Tablet PC Misunderstood by

By Mark Hachman  |  Posted 2004-05-12 Print this article Print

Industry?"> Meanwhile, the market has largely misunderstood the purpose of the Tablet PC, industry watchers said. Microsoft originally envisioned the Tablet PC as a device that "knowledge workers" could carry on their rounds, jotting down notes in electronic ink that could later be transferred into text. Early slate-style Tablet PCs used a software-based keyboard for entering text; some manufacturers included a docking station or wireless card for additional connectivity.
When Microsoft circulated designs for the original prototype in 2000, the Tablet PC was envisioned as a slate-style PC not because that was going to be the final form of the device, but because Microsofts engineers wanted to see if they could design a device without a keyboard, according to pen industry consultant Geoff Walker of San Jose, Calif.-based Walker Mobile LLC. He participated in the design of Fujitsu Computer Systems Corp.s pen-based tablet products from 1993 to 1999.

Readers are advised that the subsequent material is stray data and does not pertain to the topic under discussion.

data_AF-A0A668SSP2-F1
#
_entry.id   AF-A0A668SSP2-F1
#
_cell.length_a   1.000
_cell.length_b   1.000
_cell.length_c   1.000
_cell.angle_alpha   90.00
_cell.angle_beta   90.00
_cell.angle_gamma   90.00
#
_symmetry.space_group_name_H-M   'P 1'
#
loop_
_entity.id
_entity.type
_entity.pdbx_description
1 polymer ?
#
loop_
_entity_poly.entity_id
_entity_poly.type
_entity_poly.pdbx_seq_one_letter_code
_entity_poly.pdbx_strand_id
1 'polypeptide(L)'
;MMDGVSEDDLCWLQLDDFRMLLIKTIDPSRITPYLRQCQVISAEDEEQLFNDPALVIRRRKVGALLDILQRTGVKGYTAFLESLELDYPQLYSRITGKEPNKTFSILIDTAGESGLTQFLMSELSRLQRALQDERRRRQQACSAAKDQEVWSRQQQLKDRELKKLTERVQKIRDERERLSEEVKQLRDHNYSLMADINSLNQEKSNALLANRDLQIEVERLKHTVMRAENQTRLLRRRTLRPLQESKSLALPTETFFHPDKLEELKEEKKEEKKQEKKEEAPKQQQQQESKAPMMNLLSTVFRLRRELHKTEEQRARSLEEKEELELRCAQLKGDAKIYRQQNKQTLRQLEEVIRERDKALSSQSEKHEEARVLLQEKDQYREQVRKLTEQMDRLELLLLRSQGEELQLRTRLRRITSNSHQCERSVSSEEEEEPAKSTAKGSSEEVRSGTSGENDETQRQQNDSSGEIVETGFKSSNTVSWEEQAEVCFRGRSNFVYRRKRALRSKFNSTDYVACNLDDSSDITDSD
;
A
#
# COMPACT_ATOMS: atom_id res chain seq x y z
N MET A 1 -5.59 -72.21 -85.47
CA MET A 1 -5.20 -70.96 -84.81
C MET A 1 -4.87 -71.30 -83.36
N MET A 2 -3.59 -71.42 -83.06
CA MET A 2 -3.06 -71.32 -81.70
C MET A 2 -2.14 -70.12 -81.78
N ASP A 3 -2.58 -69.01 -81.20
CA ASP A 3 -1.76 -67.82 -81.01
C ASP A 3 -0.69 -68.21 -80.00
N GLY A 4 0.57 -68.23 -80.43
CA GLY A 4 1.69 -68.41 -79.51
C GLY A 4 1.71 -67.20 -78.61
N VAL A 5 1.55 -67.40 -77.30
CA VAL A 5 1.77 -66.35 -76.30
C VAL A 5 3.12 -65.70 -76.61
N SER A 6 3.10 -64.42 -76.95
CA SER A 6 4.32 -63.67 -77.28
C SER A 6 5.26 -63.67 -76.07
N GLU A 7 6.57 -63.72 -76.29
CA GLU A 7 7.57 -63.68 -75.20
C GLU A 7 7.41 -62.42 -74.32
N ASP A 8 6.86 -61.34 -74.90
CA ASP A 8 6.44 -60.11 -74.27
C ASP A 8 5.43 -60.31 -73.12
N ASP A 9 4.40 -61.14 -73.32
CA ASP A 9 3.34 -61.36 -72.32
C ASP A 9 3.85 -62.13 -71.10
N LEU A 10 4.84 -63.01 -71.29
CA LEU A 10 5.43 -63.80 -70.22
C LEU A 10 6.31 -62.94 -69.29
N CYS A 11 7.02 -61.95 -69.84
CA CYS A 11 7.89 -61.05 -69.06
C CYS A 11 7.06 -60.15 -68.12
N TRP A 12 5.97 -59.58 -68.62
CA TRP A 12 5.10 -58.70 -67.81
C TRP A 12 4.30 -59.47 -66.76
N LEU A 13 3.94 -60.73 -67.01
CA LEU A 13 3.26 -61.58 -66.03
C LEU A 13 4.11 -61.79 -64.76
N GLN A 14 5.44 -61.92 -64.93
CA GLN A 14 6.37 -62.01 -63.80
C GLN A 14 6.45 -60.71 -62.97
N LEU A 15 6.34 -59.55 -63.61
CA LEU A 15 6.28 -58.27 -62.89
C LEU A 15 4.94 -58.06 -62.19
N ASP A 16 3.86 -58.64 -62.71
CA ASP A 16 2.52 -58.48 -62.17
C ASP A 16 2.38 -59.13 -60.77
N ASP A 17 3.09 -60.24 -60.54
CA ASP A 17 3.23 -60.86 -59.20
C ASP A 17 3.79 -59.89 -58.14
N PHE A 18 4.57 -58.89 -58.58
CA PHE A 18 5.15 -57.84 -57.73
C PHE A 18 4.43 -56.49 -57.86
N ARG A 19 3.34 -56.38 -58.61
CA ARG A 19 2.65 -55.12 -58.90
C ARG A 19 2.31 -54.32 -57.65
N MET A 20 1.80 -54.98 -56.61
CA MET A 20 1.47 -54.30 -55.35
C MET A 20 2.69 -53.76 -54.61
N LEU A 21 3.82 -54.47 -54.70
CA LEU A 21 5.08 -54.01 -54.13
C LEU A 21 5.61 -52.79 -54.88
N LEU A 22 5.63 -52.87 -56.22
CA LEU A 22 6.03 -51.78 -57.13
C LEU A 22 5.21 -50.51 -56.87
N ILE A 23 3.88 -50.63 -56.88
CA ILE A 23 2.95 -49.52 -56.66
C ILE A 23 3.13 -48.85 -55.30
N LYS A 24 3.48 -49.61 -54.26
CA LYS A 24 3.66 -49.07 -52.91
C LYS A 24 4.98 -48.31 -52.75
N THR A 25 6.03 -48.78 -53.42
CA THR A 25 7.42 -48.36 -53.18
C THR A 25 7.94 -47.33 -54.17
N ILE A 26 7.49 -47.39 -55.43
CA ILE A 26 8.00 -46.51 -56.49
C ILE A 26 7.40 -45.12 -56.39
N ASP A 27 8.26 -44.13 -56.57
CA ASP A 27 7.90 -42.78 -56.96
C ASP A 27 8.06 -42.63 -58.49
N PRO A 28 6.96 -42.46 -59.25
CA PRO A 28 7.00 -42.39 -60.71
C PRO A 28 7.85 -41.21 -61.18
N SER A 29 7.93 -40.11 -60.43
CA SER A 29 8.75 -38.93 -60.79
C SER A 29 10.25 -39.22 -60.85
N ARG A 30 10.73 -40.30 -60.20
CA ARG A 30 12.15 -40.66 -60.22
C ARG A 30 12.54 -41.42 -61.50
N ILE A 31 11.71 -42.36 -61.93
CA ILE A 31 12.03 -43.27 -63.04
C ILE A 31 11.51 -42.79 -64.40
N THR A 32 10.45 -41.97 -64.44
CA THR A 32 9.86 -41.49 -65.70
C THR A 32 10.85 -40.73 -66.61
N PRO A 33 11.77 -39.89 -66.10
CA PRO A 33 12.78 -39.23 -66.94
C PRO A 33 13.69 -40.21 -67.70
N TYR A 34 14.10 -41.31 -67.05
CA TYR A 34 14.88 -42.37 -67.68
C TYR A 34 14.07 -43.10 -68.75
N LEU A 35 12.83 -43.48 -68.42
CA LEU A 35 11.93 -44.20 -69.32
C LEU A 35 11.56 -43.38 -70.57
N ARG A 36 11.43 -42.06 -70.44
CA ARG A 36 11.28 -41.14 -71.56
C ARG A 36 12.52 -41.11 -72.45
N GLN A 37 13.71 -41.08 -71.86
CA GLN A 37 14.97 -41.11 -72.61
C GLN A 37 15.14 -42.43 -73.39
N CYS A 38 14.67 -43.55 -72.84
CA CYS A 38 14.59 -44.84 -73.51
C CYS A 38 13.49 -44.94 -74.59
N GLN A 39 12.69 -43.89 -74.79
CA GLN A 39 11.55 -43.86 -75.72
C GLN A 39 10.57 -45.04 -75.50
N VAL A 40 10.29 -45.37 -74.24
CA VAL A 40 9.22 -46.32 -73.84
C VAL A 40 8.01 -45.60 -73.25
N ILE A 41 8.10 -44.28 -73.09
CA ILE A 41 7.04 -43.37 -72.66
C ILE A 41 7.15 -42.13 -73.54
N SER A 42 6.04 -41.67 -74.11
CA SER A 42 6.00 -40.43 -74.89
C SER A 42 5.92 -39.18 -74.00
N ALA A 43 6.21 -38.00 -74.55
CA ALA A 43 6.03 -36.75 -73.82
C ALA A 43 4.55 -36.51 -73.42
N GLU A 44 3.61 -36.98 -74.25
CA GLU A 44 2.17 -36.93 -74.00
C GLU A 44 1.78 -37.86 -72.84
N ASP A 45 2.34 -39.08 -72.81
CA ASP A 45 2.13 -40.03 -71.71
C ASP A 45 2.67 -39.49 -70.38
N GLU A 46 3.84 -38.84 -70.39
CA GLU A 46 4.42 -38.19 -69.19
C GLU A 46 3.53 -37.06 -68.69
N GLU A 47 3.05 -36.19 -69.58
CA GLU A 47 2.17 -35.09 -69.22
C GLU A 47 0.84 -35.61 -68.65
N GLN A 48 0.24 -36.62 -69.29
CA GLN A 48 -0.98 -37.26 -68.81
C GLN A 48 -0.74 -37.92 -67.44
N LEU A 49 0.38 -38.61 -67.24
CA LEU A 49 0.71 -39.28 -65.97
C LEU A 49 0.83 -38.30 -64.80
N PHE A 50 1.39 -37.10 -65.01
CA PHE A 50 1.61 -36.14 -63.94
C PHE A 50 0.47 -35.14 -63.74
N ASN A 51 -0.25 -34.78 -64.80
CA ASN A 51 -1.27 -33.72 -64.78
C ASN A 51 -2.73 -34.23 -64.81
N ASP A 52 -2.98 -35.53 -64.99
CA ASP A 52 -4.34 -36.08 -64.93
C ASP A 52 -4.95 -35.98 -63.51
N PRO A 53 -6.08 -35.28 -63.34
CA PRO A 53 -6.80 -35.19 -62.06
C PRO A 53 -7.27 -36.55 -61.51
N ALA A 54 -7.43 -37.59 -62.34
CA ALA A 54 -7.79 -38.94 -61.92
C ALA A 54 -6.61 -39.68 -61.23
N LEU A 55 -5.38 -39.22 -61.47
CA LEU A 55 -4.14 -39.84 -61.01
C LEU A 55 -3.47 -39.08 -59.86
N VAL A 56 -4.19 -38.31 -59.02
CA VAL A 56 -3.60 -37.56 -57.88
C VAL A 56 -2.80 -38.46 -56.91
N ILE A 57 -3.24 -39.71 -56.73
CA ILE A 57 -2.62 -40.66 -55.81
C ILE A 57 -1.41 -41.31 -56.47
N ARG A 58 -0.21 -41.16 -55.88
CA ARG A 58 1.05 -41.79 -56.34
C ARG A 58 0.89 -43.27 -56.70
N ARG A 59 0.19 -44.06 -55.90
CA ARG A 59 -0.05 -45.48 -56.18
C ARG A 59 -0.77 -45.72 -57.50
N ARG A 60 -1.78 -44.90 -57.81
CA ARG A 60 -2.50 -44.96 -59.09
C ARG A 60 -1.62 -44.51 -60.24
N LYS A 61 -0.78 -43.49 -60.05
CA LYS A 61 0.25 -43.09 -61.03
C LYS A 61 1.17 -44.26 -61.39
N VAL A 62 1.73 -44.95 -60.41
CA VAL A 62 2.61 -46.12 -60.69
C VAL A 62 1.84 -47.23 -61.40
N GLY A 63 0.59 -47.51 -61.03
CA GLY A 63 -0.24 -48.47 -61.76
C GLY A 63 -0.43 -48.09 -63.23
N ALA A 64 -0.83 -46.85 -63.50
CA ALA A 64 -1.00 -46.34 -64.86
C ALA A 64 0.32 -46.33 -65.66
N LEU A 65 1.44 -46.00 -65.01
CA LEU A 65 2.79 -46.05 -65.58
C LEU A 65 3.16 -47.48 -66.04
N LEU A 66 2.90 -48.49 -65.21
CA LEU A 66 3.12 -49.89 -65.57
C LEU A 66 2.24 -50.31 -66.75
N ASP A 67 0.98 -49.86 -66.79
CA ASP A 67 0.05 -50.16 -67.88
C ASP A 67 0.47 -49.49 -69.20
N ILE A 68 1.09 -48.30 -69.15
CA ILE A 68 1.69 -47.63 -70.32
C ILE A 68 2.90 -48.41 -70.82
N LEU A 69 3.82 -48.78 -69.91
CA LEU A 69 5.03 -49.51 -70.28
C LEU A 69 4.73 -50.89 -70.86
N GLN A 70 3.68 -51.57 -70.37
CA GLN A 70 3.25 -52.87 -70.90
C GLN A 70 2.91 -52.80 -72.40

Only Acer Inc. understood what the Tablet PC was supposed to be, Walker said, and designed a convertible tablet providing both keyboard and pen input. At the 2002 launch of the Tablet PC platform, Bill Gates said that in four or five years most mobile PCs would contain tablet functionality, Microsofts Dixon added. Pen input does play a critical role. Without a pen, theres no easy way to quickly diagram a flow chart or add a quick digital scribble, such as an arrow or star, to a document, Walker said. "Theres really been a misunderstanding about this," Walker said. "Microsoft never wanted to replace the keyboard, but put the pen on an equal footing. Theyve gone from two input devices—a keyboard and a mouse/touchpad—to three devices. To translate that for the layman, the tablet PC being folded into notebooks isnt a very clear statement. I think a better statement would be to say that [the] pen will be added to notebooks as a standard hardware device." To date, pen input has had the greatest success in tablets aimed at specific vertical industries, including transportation and especially health care, which will spend an estimated $47.9 billion for infrastructure by 2006, according to Gartner Inc. of San Jose. Customers find slates especially useful for predictable tasks, including operation and inventory, according to Paul Moore, director of product marketing for Fujitsu Computer Systems of San Jose, which pioneered the slate-style tablet computer. Fujitsu sells between 60 percent to 70 percent of its Tablet PC volume in the slate form factor, Moore estimated. Customers like the weight of the tablet—about 3.5 pounds—and show no desire to move to a bigger screen, he said. "I think it would be nice if some other companies all of a sudden turned their notebooks into a tablet," Moore said. "But right now, one just doesnt serve the customer yet." One customer issue for Fujitsu is the swiveling hinge that transforms a tablet into a convertible PC—people think its going to break. "Most of what intimidates them is the hinge," Moore said. "Its not like theres been any blurbs out there in the media about a huge hinge disaster; theres no reason to be concerned. But they are concerned." Yet, convertible tablet providers are making inroads in the health care market too. Acer, which competes with Hewlett-Packard Co. as a leading vendor of Tablet PCs, says it has inked contracts with the Visiting Nurses Associations of America, based in Boston, for its TMC110 convertible tablet. In North America, the average age of a visiting nurse is between 42 and 46 years old. Next Page: The Costs Can Add Up for Tablet PC


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